You Want a Fuck Off Fund? Get Yourself a New Education
What I learned.
Since I became that woman who wrote the Fuck Off Fund, I’ve gotten a certain kind of education. Firstly, I learned that I’m not alone in my mistakes, because you whispered to me, in the confessionals of Twitter messages and emails, things you said no one else knew. You could have saved by now, but you hadn’t. You had credit cards you hid. You had $45,000 in debt to show after five years of working. You hate yourself.
What I learned over the last year has a lot to do with secrets. One class of secret includes the shame you’re carrying around about how “bad with money” you are. The other class of secret is the big secret — about how good this world is getting at sapping your money away.
Imagine an army. This army has a budget of $187 billion. Imagine this army knows things about you: your race and your gender, your address, phone number, how many people are in your family, how much money you make, what you buy at the grocery store and Target, everything you’ve written on Facebook, everything you’ve searched online, everything you’ve said in your emails, where you’ve been with your phone in your pocket and where you are right now.
Imagine this army has run $20 billion worth of tests on your species, in fMRI machines, to spy into your brain, discover what strings tug where, and use these strings to puppet your purchases. They can see where in your brain you process something you think is cool, like the newest MacBook Pro or a Lululemon model on Instagram. They know the parts of your brain that increase in neural activity when you see the symbol of a brand you really love are the same parts that respond to a symbol of your religion. They know that when you think you’re getting advice from an expert, the department of your brain responsible for critically considering options goes on break. They know you like the flavor vanilla, America’s most popular flavor, because you subconsciously associate it with comfort and nourishment. You do this because vanilla smells similar to breast milk.
They know how to conjure the siren song of your dopamine. They know your dopamine levels peak when you approach the counter to buy. “Dopamine is one of the most addictive substances known to man — and purchasing decisions are driven in some part by its seductive effects,” writes Martin Lindstrom, author of Buyology and Brandwashed. “When you see that shiny digital camera, or those flashy diamond earrings, for example, dopamine subtly flushes your brain with pleasure, then wham, before you know it, you’ve signed the credit card receipt.”
This is the army of marketers you’re up against. So if you think you are just “bad with money,” please understand it’s reciprocally true that the people who want your money are just more sophisticated, organized, and well funded than ever in the battle to get it from you.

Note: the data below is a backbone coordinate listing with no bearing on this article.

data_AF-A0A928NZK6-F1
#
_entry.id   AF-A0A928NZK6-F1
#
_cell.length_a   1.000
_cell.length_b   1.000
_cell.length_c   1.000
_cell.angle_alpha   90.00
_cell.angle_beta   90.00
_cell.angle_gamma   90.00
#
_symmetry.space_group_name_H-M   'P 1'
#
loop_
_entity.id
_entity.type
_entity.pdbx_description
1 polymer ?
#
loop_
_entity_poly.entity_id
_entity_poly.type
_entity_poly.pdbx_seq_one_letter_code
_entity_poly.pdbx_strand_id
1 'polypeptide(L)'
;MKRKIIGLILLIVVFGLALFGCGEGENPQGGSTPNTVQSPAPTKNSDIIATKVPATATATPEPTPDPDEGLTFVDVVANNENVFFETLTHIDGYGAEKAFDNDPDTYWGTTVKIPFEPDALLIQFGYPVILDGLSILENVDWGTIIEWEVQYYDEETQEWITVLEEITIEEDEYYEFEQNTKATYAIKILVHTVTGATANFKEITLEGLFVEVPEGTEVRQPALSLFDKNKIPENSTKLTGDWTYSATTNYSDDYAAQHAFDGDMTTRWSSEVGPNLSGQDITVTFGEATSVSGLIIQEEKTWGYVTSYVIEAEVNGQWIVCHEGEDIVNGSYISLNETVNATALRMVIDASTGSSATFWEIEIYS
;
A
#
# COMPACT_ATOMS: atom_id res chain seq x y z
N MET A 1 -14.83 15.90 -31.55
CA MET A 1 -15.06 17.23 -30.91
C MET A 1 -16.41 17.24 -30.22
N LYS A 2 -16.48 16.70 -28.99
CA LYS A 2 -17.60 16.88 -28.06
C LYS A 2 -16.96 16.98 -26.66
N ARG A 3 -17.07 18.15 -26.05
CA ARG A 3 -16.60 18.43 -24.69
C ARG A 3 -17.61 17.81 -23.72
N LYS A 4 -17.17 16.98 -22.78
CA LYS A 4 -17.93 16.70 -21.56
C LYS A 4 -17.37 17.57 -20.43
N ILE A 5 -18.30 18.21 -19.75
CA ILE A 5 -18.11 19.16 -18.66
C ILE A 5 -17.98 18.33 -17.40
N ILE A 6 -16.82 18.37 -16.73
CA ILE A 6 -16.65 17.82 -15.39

These are things I only know because I wrote a story about money, which led me into a rabbit hole of marketing and psychology. The life I thought we lived, where the mall was a nice place to pass a Saturday, dissolved like a mirage, replaced by neuro-marketing and big data and branding even to fetuses until I felt like I’d taken the red pill and woken up in a world I didn’t recognize.
I’m not anti-shopping. I like buying stuff, and I sell stuff. I know good people work at these companies and feed their families with their paychecks. I perform some marketing; I am part of the army, as you might be, too. So where do we find the balance between stalking the mall in a “yes master, I’ll charge this as you wish,” trance and fleeing to the hills to live off the land, logo-free?
The first step is to know what you’re up against, because you will lose every war you don’t know is happening. Education about this kind of reality, I’m sorry to say, does not deliver. You have to go out and get it yourself.
In the meantime, be a little easier on yourself. If you were bloody because Mike Tyson busted in your house and kicked your ass, you wouldn’t sit there berating yourself because you’re so bad at not bleeding. You would lock your door and set the alarm to keep Mike away. You would protect yourself.
We, the people, are getting our asses kicked. Half of us couldn’t handle a $400 emergency, and half our kids in public schools are living in poverty.
This army that’s set to capture your money is equipped with two major weapons: buttloads of cash and tons of information. Of these two kinds of power, only one can be obtained by the average person for free.
Information is my weapon, a kind of renegade self-education. Everything I learn helps me know who needs to fuck off. During the Peace Corps in Paraguay, I saw that Maybelline makeup and Axe Body spray were locked behind glass cabinets. That taught me that I already have enough. When I was taken in by a family I loved deeply by the end of two years, I learned that to complain that I don’t have whatever bag Current Kardashian is carrying around, I erase them, and their human experience. When I briefly body-guarded some millionaires (long story), and the woman sent back all the food in the nicest restaurants I’d ever been to, required us to tell the waiters not to talk to her more than necessary, but didn’t hang out with one other woman her age, I learned that money doesn’t buy happiness or friends.